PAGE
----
Aboriginal women target of RCMP abuse: report

Nathan Cullen is calling for a Parliamentary Committee to investigate allegations of sexual abuse of Aboriginal females by RCMP officers.

  • Feb. 20, 2013 8:00 a.m.

Skeena-Bulkley Valley MP Nathan Cullen is calling for the formation of a Parliamentary Committee to investigate scalding allegations of sexual abuse and mistreatment of Aboriginal females by northern B.C. RCMP officers.

The accusations were outlined in an 89-page report released last week by the New York-based organization, Human Rights Watch (HRW).

“The report is very disturbing, and has some very serious allegations,” said Cullen. “Our proposal is to form a parliamentary committee and spend a year digging into this… [because of] the government’s refusal to create a judicial investigation.”

HRW uncovered the allegations during an investigation into the missing and murdered women along the so-called Highway of Tears.

In its 89-page report, Those Who Take us Away: Abusive Policing and Failures in Protection of Indigenous Women and Girls in Northern British Columbia, HRW claims the RCMP has grossly failed to protect Aboriginal females from both violent situations and violent behaviour by its own officers, including instances of abusive policing, excessive use of force against girls, strip searches of women by male officers, and physical and sexual assault.

Furthermore, the report says women who call the police for help have been blamed for the abuse, shamed over alcohol or substance use and have found themselves at risk of arrest for actions taken in self defence.

Fifty Aboriginal women and girls were interviewed for the report, in addition to 37 community leaders and families of murdered and missing women in 10 communities.

The identities and locations of those interviewed were not released due to the alleged victims’ fear of reprisals, said HRW.

The authors of the report said this fear was comparable to what they’ve witnessed in post-conflict countries, where security forces have played an integral role in the enforcement of authoritarian policies.

Surrey-based private investigator, Ray Michalko, has self-financed his own investigation into cases of missing and murdered women in the North since 2006. The former RCMP officer told The Northern View rumours of abuses by the RCMP are rampant, but rarely substantiated. However, the high level of distrust among Aboriginals toward the police causes great difficulty in any investigation.

“That’s always been a problem, and I think that’s why a lot of these Highway of Tears cases have not been solved. I can think of a couple cases, at least one for certain, where people know things but they’re afraid to come forward. They’re afraid of the RCMP.”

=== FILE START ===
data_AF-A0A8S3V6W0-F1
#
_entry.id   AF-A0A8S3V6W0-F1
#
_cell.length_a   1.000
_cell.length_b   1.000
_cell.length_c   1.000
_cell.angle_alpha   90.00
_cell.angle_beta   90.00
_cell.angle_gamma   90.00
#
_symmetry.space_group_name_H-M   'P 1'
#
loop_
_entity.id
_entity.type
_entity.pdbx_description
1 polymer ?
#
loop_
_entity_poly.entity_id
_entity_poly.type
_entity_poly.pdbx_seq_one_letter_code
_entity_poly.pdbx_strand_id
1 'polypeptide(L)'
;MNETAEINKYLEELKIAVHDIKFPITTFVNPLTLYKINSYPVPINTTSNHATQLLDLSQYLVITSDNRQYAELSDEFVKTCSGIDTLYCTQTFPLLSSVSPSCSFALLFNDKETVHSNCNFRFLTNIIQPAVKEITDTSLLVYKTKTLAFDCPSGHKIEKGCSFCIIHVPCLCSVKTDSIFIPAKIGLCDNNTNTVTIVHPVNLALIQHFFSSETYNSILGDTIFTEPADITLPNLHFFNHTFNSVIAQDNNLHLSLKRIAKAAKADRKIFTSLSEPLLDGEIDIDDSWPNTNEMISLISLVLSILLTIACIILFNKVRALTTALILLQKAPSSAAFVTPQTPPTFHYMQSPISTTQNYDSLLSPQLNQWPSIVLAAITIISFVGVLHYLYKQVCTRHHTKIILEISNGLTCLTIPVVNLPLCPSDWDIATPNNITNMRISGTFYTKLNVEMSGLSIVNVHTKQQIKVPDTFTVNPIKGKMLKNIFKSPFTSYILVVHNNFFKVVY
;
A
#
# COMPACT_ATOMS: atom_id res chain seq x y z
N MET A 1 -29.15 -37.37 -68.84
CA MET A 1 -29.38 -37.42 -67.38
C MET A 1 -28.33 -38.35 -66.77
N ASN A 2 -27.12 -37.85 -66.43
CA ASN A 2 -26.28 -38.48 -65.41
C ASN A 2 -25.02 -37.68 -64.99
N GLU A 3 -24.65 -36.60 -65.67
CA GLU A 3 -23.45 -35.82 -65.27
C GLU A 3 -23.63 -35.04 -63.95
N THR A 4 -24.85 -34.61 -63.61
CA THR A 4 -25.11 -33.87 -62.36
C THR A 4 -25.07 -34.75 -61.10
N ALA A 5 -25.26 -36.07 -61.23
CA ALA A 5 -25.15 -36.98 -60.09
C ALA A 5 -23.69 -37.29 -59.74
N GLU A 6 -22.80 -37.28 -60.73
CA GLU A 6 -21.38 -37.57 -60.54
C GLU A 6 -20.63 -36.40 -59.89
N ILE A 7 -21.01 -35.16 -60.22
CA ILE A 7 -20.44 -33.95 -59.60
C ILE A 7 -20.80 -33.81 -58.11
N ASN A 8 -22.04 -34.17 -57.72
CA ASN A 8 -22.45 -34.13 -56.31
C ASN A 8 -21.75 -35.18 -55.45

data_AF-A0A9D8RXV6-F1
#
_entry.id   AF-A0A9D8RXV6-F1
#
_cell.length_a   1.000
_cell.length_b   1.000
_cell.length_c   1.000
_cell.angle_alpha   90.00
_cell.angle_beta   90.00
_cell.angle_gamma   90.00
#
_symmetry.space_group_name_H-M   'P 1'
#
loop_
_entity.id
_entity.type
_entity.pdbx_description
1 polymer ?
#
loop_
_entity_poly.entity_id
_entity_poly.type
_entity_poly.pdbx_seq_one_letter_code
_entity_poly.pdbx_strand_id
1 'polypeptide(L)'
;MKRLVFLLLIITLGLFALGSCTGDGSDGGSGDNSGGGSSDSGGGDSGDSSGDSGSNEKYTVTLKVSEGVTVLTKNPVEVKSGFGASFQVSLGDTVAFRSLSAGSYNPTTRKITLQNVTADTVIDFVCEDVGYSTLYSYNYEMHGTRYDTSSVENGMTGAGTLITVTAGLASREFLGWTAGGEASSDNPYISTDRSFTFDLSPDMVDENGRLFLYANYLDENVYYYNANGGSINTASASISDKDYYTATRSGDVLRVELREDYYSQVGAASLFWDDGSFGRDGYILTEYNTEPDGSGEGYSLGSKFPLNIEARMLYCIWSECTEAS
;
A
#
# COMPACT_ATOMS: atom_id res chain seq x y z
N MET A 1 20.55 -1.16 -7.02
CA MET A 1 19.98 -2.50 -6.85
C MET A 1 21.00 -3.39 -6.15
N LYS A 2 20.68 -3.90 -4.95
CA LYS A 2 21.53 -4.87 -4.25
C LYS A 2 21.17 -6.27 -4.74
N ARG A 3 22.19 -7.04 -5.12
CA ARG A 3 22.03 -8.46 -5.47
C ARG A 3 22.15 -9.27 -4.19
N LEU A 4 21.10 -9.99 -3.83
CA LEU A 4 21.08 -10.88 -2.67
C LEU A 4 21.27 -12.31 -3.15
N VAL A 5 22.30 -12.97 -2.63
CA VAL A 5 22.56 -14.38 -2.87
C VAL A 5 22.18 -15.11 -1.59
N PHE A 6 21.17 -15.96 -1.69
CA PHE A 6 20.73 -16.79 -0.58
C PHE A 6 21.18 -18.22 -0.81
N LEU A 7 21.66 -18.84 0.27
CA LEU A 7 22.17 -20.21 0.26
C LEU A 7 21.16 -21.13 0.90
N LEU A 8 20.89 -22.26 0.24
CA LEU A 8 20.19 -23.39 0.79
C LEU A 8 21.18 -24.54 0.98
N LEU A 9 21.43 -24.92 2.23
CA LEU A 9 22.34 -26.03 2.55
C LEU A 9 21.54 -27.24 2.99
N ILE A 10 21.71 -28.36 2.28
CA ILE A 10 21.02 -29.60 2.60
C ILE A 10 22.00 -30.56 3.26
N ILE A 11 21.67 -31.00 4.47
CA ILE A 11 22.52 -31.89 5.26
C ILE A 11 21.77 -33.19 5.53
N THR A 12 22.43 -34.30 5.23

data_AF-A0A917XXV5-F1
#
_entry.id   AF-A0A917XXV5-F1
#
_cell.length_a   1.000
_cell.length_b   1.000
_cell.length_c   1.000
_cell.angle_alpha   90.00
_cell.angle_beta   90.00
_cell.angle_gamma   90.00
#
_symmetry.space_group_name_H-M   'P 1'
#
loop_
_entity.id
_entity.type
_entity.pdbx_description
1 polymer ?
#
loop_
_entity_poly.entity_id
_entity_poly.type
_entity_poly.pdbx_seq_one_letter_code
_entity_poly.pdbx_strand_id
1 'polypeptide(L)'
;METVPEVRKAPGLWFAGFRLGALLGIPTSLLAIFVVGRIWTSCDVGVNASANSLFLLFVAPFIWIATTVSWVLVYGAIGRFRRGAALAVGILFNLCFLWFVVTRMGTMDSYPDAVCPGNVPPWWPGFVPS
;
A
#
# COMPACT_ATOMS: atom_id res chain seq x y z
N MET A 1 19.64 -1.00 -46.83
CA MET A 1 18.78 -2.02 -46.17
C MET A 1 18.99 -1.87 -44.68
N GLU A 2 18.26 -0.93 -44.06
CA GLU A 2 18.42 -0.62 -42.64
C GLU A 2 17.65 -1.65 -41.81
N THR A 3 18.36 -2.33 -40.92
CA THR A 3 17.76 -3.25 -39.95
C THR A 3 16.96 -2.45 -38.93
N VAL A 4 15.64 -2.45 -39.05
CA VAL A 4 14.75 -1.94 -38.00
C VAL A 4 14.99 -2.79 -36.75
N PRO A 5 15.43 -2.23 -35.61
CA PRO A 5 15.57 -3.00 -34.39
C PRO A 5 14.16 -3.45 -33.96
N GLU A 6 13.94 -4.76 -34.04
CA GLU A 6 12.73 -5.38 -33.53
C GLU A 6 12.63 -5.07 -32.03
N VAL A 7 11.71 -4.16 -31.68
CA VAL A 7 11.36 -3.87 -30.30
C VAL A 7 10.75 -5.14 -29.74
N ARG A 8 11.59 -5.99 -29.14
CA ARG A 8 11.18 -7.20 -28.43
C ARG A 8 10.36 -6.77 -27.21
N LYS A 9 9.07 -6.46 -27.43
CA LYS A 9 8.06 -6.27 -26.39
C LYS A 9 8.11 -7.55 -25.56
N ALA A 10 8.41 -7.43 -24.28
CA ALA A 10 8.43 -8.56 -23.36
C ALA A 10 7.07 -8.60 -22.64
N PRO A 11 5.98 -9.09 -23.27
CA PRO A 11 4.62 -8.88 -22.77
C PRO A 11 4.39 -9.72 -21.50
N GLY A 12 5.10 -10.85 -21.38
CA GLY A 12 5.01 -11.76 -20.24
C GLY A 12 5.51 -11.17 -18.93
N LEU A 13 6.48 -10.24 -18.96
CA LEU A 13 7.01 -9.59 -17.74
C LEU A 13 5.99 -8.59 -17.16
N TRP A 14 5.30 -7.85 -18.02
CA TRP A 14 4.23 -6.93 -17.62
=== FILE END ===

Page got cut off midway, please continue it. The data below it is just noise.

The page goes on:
HRW’s allegations include instances of young girls being pepper-sprayed and tasered; a 12-year-old girl attacked by a police dog; a 17-year-old punched repeatedly by an officer who had been called to help her; women strip-searched by male officers; women injured due to excessive force used during arrest; and one instance of rape in 2012 when a woman claims four police officers took her outside of town, raped her, and threatened to kill her if she told anyone.

RCMP Chief Supt. Janice Armstrong said the police force wants to get to the bottom of the allegations, but since the human rights group approached the RCMP five months ago, none of the alleged victims have come forward, prohibiting any kind of investigation.

“It is impossible to deal with such public and serious complaints when we have no method to determine who the victims or the accused are,” she said.

HWR is calling for an independent civilian-led investigation.

Prime Minister Stephen Harper has asked HRW to share its information with police and approached the Commission for Public Complaints Against the RCMP to look into the allegations. He also urged anyone with information on the matter to contact police, a request Cullen found laughable.

“It’s almost counterintuitive,” he said. “Aside from community, the police really want a different way of investigating. In order to have an effective police force, we need to have one that has the confidence of the community, and you can’t have community confidence with how serious complaints are [currently] dealt with. The Harper government is telling people with a problem with the police to go to the police.”

Calls to the Prince Rupert RCMP detachment were directed to provincial headquarters, but as of  Monday those calls requesting interviews had not been returned.

~By Quinn Bender